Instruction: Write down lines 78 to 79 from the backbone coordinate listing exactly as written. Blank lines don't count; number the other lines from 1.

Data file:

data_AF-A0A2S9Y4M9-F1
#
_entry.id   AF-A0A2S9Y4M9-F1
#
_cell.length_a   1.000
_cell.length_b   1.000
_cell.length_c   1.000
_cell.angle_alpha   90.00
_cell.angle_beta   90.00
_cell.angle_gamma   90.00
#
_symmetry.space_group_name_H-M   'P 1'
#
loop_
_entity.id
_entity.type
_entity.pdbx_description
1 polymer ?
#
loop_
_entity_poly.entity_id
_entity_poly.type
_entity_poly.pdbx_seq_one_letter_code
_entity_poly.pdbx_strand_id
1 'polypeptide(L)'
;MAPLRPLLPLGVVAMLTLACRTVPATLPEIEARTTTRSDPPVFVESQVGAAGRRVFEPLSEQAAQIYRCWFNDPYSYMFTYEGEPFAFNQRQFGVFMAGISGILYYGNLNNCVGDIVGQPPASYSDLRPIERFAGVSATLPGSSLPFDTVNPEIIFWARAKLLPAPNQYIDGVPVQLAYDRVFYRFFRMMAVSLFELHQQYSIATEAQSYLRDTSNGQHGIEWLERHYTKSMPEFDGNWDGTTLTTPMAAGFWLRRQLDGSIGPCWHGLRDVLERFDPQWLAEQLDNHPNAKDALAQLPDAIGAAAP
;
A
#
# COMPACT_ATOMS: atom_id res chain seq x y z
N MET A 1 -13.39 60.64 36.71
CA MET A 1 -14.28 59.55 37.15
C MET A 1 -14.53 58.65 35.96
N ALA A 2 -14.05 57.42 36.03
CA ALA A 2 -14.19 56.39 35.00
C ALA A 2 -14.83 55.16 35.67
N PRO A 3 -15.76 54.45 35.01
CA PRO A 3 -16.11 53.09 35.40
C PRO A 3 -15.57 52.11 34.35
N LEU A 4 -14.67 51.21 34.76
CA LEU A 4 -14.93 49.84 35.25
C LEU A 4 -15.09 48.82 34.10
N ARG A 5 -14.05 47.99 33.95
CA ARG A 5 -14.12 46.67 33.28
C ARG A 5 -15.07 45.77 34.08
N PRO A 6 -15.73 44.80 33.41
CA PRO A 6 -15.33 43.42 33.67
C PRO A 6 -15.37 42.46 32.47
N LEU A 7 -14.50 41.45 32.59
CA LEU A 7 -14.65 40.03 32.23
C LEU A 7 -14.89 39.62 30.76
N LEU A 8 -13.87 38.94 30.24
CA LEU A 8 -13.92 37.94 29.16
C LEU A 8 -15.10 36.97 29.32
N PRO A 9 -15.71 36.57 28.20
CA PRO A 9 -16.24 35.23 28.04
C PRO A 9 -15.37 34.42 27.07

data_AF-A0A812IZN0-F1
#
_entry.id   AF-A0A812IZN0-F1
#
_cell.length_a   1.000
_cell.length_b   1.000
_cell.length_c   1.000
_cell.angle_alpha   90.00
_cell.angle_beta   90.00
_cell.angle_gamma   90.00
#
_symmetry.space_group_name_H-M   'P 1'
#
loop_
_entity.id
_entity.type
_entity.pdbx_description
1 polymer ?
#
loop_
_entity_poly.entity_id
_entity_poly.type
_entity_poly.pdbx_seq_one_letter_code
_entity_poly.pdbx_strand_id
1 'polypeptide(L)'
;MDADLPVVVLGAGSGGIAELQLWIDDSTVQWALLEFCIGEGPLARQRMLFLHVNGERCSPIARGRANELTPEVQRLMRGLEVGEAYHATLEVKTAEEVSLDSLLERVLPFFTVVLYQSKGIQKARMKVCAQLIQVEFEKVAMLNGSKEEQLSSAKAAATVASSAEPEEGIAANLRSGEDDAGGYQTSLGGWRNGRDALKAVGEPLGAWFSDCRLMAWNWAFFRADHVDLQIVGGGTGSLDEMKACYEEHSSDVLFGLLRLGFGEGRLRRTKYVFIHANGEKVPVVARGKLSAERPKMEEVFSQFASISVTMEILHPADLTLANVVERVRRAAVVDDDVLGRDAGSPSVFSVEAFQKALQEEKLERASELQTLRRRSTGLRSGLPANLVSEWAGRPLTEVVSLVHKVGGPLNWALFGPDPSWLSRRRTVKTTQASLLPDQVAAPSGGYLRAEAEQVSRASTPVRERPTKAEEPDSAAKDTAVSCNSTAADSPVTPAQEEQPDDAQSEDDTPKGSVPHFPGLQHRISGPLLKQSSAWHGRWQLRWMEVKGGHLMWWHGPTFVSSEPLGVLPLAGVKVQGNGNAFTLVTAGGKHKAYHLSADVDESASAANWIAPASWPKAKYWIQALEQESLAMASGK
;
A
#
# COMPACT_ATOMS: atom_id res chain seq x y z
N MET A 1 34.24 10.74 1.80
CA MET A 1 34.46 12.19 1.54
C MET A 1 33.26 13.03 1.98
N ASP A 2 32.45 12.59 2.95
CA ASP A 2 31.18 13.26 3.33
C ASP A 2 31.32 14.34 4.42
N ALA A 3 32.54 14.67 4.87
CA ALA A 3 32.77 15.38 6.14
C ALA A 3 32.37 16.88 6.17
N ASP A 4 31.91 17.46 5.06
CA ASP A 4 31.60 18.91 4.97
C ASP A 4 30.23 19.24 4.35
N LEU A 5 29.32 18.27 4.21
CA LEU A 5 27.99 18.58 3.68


_entity_poly.entity_id
_entity_poly.type